The ACT is being asked to lead the nation on regulating the domestic use of upcoming coronavirus vaccine passports, to prevent further discrimination and infringement of freedoms.
In preparation for international jetting to again take flight, Australia has cleared vaccine passports for take-off from next month.
State governments are forging ahead with their own plans to link vaccination status to check-in apps which would allow people to enter venues.
Chief Minister Andrew Barr said the ACT was not heading down that path with the Check In CBR app - at least for now - and expressed concern at how easily the Commonwealth's vaccination certificates could be fraudulently produced.
"They are very difficult to verify, easily corrupted, and don't necessarily deliver any of the great public health or vaccination encouragement benefits that some might be claiming," Mr Barr said.
To suggest that vaccines passports were a "magic ticket of freedom" was flawed, he said, as Canberrans did not need a vaccination certificate to want to get vaccinated.
ACT Human Rights Commissioner Helen Watchirs urged the ACT government to ensure the serious step of giving people different rights or imposing restrictions depending on people's vaccination status would only be taken when necessary and proportionate for the legitimate public health reason of controlling COVID-19.
"It should not be left to the discretion of the private sector, where we could see different businesses imposing restrictions on clients and patrons in arbitrary ways," Dr Watchirs said.
The commissioner is recommending that conscientious objection to vaccination be accommodated.
"If designed correctly, vaccination passports have the potential to restore our freedoms, not inhibit them," Dr Watchirs said.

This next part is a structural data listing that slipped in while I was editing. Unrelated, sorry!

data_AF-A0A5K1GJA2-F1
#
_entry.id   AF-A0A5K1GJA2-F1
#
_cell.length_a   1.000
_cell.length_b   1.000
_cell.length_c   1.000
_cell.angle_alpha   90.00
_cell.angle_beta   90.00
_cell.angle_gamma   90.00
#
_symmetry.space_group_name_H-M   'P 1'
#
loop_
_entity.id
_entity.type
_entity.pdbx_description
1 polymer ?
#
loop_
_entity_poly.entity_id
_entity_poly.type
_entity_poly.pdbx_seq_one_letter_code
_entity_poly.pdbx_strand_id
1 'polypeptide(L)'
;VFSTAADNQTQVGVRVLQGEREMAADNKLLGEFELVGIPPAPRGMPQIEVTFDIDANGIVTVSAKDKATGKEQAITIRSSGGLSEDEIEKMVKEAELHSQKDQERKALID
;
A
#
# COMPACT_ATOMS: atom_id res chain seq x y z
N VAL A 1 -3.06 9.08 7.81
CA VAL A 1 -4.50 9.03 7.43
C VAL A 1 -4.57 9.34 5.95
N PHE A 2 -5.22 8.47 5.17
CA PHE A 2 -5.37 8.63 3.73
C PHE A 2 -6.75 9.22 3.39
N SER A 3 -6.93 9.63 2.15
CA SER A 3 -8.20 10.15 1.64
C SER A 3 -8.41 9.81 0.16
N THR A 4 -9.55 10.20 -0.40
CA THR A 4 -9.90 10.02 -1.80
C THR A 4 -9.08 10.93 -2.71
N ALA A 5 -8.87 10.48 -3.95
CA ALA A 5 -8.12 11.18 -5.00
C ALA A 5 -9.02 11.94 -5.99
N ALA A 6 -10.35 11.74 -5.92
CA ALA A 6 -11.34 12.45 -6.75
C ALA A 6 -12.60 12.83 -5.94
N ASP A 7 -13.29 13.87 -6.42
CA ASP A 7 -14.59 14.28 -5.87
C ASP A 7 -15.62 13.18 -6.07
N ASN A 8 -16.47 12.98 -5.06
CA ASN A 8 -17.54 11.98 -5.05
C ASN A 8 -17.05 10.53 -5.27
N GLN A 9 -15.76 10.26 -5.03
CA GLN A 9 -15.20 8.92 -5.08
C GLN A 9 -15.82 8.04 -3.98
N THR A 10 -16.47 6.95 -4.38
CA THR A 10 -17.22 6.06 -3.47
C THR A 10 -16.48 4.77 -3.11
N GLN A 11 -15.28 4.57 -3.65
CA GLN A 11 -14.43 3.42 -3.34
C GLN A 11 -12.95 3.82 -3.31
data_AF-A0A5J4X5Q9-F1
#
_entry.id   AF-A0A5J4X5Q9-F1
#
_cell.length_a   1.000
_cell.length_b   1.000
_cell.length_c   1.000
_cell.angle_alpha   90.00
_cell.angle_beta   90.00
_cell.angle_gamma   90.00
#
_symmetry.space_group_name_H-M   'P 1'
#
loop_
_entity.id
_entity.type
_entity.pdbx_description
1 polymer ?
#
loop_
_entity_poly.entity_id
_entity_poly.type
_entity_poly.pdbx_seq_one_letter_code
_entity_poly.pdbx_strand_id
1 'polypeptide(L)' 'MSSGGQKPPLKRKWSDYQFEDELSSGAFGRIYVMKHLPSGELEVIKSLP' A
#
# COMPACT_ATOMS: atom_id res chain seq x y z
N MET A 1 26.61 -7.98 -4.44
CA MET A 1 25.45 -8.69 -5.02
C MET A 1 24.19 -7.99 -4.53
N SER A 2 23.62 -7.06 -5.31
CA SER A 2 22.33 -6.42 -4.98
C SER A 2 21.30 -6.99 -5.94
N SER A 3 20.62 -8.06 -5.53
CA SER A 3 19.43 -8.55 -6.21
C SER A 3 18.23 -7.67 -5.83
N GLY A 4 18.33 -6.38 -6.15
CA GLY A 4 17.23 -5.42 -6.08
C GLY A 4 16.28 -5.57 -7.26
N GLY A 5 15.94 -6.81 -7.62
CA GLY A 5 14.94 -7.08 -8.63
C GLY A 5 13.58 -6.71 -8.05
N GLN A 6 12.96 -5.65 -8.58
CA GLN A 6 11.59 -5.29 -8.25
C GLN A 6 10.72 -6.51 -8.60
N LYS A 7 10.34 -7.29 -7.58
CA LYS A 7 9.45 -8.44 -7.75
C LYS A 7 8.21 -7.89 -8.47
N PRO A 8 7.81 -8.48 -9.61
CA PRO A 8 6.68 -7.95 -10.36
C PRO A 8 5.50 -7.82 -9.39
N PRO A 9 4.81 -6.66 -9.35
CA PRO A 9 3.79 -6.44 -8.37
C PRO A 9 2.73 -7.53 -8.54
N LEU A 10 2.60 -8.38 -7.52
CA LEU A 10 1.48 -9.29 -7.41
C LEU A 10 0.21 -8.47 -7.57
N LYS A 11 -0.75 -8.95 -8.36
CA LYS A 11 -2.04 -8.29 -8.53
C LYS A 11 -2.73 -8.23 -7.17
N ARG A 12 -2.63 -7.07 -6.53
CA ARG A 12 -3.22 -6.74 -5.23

Further details about the Commonwealth's plans for the first international immunisation passports will be released soon, the federal government confirmed on Wednesday.
Immunisation information could automatically be linked to Australian passports for people entering the country.
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Those travelling overseas could use a QR code through an international app.
A spokesman for Stuart Robert, the cabinet minister in charge of digital and data policy, said further details would be released soon.
"The Morrison government continues to work towards vaccine assurance standards that will be one element of enabling vaccinated Australians to move and travel more freely," he said on Wednesday.
Prime Minister Scott Morrison said home quarantine would be key for restarting international travel with premiers asked to provide timetables about introducing the measure.
A trial in South Australia has involved 50 people using geolocation and facial-recognition technology to ensure they are at home for two weeks of isolation.
Labor is calling for a nationally consistent approach to vaccine passports, with forgery protections and assurances about data accuracy. The opposition also stepped up its attacks over the early handling of the vaccine procurement.
Australia has fully vaccinated almost 40 per cent of its over-16 population while more than 64 per cent has received a single dose.
- with AAP
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